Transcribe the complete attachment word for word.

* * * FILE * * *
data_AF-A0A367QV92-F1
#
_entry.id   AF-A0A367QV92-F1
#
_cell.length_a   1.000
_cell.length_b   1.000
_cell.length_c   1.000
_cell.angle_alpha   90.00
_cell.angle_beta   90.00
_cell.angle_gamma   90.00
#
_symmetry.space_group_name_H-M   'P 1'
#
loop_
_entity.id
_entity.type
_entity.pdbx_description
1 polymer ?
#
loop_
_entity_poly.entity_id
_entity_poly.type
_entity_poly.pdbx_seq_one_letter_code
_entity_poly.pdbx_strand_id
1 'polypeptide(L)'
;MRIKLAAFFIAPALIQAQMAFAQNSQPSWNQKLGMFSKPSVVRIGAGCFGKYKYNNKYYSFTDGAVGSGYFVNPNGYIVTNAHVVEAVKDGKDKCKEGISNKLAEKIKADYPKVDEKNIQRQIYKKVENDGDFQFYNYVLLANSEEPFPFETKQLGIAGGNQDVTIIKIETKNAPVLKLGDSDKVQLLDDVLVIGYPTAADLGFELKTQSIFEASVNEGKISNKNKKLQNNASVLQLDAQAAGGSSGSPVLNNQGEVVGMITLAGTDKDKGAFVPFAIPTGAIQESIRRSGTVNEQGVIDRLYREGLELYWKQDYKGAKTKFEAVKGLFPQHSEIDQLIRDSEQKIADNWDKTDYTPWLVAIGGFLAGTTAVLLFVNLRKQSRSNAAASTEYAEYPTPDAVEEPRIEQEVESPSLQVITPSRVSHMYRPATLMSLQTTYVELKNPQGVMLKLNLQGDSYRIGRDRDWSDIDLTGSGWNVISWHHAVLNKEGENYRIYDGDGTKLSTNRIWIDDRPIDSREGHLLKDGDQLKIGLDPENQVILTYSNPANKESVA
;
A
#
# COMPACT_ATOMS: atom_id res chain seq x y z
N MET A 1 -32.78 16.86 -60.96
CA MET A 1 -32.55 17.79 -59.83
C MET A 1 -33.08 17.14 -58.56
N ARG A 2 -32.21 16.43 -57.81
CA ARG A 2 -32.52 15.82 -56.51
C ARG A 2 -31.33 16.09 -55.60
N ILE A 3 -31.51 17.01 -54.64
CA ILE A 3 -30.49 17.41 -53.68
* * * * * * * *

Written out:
data_AF-A0A367QV92-F1
#
_entry.id   AF-A0A367QV92-F1
#
_cell.length_a   1.000
_cell.length_b   1.000
_cell.length_c   1.000
_cell.angle_alpha   90.00
_cell.angle_beta   90.00
_cell.angle_gamma   90.00
#
_symmetry.space_group_name_H-M   'P 1'
#
loop_
_entity.id
_entity.type
_entity.pdbx_description
1 polymer ?
#
loop_
_entity_poly.entity_id
_entity_poly.type
_entity_poly.pdbx_seq_one_letter_code
_entity_poly.pdbx_strand_id
1 'polypeptide(L)'
;MRIKLAAFFIAPALIQAQMAFAQNSQPSWNQKLGMFSKPSVVRIGAGCFGKYKYNNKYYSFTDGAVGSGYFVNPNGYIVTNAHVVEAVKDGKDKCKEGISNKLAEKIKADYPKVDEKNIQRQIYKKVENDGDFQFYNYVLLANSEEPFPFETKQLGIAGGNQDVTIIKIETKNAPVLKLGDSDKVQLLDDVLVIGYPTAADLGFELKTQSIFEASVNEGKISNKNKKLQNNASVLQLDAQAAGGSSGSPVLNNQGEVVGMITLAGTDKDKGAFVPFAIPTGAIQESIRRSGTVNEQGVIDRLYREGLELYWKQDYKGAKTKFEAVKGLFPQHSEIDQLIRDSEQKIADNWDKTDYTPWLVAIGGFLAGTTAVLLFVNLRKQSRSNAAASTEYAEYPTPDAVEEPRIEQEVESPSLQVITPSRVSHMYRPATLMSLQTTYVELKNPQGVMLKLNLQGDSYRIGRDRDWSDIDLTGSGWNVISWHHAVLNKEGENYRIYDGDGTKLSTNRIWIDDRPIDSREGHLLKDGDQLKIGLDPENQVILTYSNPANKESVA
;
A
#
# COMPACT_ATOMS: atom_id res chain seq x y z
N MET A 1 -32.78 16.86 -60.96
CA MET A 1 -32.55 17.79 -59.83
C MET A 1 -33.08 17.14 -58.56
N ARG A 2 -32.21 16.43 -57.81
CA ARG A 2 -32.52 15.82 -56.51
C ARG A 2 -31.33 16.09 -55.60
N ILE A 3 -31.51 17.01 -54.64
CA ILE A 3 -30.49 17.41 -53.68